Anyway, back on track. Primed by Sassy inspired by Kim Gordon and made over by the local mall’s interpretations of Cher’s girly-girl clothes a whole rash of us flipped a Hard Candy bird to how we were supposed to look and act, pairing childish dresses with gnarly Doc Martins, asking out boys we liked, and airing our Bust-and-Bitch inspired views of TV commercials, billboards, and slogan t-shirts in tiny acts of what would come to be known as Third Wave Feminism. I’d say that most my early feminist acts were largely superficial, but to put it in context, I was 18 in 1995; very few of us are especially deep at 18. Sars of Tomato Nation wrote an essay a few years ago that encapsulated the credo of many of us pupal feminists of the time. If you said you were, then you were. What you did with that affirmation was up to you, but it was a starting point and a touchstone. I think one of the key points of the Third Wave Feminism was the idea that standing up for your rights could be fun.

Within that context, post-highschool I began to come out of my shell and realize that a woman who took responsibility for her health and safety could have a good time. While I was always pretty conservative in my own behaviors, I had some friends who were pretty wild and I could appreciate how they went about their sexual adventures. There was a lot of emphasis on mutual enjoyment. I came to understand, accept, and internalize the idea that sexual intercourse did not have to exist in an environment of power-play, that a couple should be equal partners. That was empowering, realizing that the idea of equal power extended beyond business, politics, and housekeeping.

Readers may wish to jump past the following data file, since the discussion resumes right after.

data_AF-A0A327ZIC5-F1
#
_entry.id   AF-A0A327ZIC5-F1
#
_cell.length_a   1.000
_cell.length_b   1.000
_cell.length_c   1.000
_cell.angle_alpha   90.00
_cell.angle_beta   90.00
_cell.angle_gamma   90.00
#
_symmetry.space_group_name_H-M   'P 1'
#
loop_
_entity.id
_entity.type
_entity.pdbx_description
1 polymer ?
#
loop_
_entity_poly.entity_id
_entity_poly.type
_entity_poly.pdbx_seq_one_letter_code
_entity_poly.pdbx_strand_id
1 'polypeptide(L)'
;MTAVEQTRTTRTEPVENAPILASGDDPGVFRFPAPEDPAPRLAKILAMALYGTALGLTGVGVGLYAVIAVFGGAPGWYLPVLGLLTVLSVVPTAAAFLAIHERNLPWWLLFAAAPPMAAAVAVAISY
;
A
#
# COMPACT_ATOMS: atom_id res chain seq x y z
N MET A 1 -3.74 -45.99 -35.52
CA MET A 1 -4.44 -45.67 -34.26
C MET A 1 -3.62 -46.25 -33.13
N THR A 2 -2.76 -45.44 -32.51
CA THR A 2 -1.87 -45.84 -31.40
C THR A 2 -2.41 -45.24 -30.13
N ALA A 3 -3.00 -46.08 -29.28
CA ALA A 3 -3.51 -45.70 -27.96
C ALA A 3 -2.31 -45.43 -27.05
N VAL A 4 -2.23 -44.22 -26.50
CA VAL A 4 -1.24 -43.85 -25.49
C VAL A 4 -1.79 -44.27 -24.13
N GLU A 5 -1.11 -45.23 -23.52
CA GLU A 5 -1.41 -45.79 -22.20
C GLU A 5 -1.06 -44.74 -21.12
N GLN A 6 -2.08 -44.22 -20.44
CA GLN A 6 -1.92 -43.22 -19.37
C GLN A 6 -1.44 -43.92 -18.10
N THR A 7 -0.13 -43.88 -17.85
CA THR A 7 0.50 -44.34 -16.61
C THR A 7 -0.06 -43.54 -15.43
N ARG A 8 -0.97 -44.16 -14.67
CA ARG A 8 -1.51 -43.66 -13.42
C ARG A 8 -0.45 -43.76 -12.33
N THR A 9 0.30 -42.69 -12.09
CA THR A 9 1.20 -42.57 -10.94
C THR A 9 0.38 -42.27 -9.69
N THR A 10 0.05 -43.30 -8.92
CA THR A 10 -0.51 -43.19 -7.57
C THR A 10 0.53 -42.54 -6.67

2 Responses to “Let's talk about sex – some more”

  1. themis says:

    I am largely unaware of Jezebel except when Manolo links their fluffy gossip-rag pieces from his pop culture blog. I checked out the blow-by-blow after you wrote about the kerfuffle yesterday, and I’m left thinking: I am kind of glad I have been largely unaware of Jezebel.

    What I saw yesterday has me convinced more than ever that women are highly skilled at keeping other women down — and furthermore, the kinds of women who like to keep other women down, by judging them for having different experiences or attitudes or manners of dress than their sainted own, appear to congregate there. So yeah — lots of missed opportunities; lots of two sides not communicating effectively nor listening to anything that deviates from their accepted dogma.

    How about just knowing that all women are worthy and lifting them up and loving them. We don’t all have to pop out of whatever mold.

  2. affovaPar says:

    It’s amazing